MARSHALLTOWN stamp

MARSHALLTOWN USA stamp

It appears that product number was added next, and earlier ones have 2 rings on wood handles:

19-10
MARSHALLTOWN
USA

By 1974, pictures show the same stamp, and with plain wood handles:

19-10
MARSHALLTOWN
USA

Catalog pictures are not always a good indicator of when tools changed. Manufacturers, wholesalers, and retailers sometimes used old printer's blocks or plates to save the cost of preparing new ones.
Printer's block for Marshalltown brick trowel
   

Wednesday, November 1, 2017

Unknown Tool Made by W.H. Anderson of Detroit

Unknown tool by W.H. Anderson
We are asking for your help identifying this tool made by W.H. Anderson of Detroit, Michigan, who made tools for stone and concrete, as well as having a large retail and industrial hardware business. These pictures were sent to me by a reader, and one of these tools also sold on eBay in 2016. Another one was on a Facebook group about the same time.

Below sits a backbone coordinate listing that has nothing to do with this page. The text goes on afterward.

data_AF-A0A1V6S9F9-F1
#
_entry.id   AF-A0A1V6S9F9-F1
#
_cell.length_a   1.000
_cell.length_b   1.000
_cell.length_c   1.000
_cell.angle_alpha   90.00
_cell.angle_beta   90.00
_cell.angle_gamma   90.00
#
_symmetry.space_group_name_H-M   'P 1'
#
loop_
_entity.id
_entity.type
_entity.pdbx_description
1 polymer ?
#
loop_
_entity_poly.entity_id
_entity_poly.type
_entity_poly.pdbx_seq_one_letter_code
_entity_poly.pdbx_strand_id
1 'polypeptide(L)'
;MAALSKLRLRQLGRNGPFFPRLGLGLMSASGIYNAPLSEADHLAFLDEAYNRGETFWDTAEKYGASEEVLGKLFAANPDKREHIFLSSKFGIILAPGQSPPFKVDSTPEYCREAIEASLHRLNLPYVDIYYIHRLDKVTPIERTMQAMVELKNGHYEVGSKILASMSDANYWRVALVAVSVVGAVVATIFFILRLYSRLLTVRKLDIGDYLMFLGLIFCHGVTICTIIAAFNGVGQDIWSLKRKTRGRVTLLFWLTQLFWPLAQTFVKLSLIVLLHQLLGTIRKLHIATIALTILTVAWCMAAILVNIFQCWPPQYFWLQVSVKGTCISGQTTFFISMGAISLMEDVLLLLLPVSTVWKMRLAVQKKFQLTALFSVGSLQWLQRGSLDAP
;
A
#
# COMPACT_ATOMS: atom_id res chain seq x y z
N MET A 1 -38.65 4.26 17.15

It may be a type of brick axe or scutch.

You comments and emails are welcomed.

Sunday, October 29, 2017

Union Tool Company of Union, New York

Union Tool Co. identification
Union Tool Company of Union, New York, manufactured a line of cast iron concrete tools in the early 20th century. Their tools sell occasionally on eBay and other outlets, but I have been unable to locate any other documentation about the business. Union is a town in Broome County, west of Binghamton. The only similar business there was Union Forging Co., which operated in Union and Endicott from 1883 to 1995.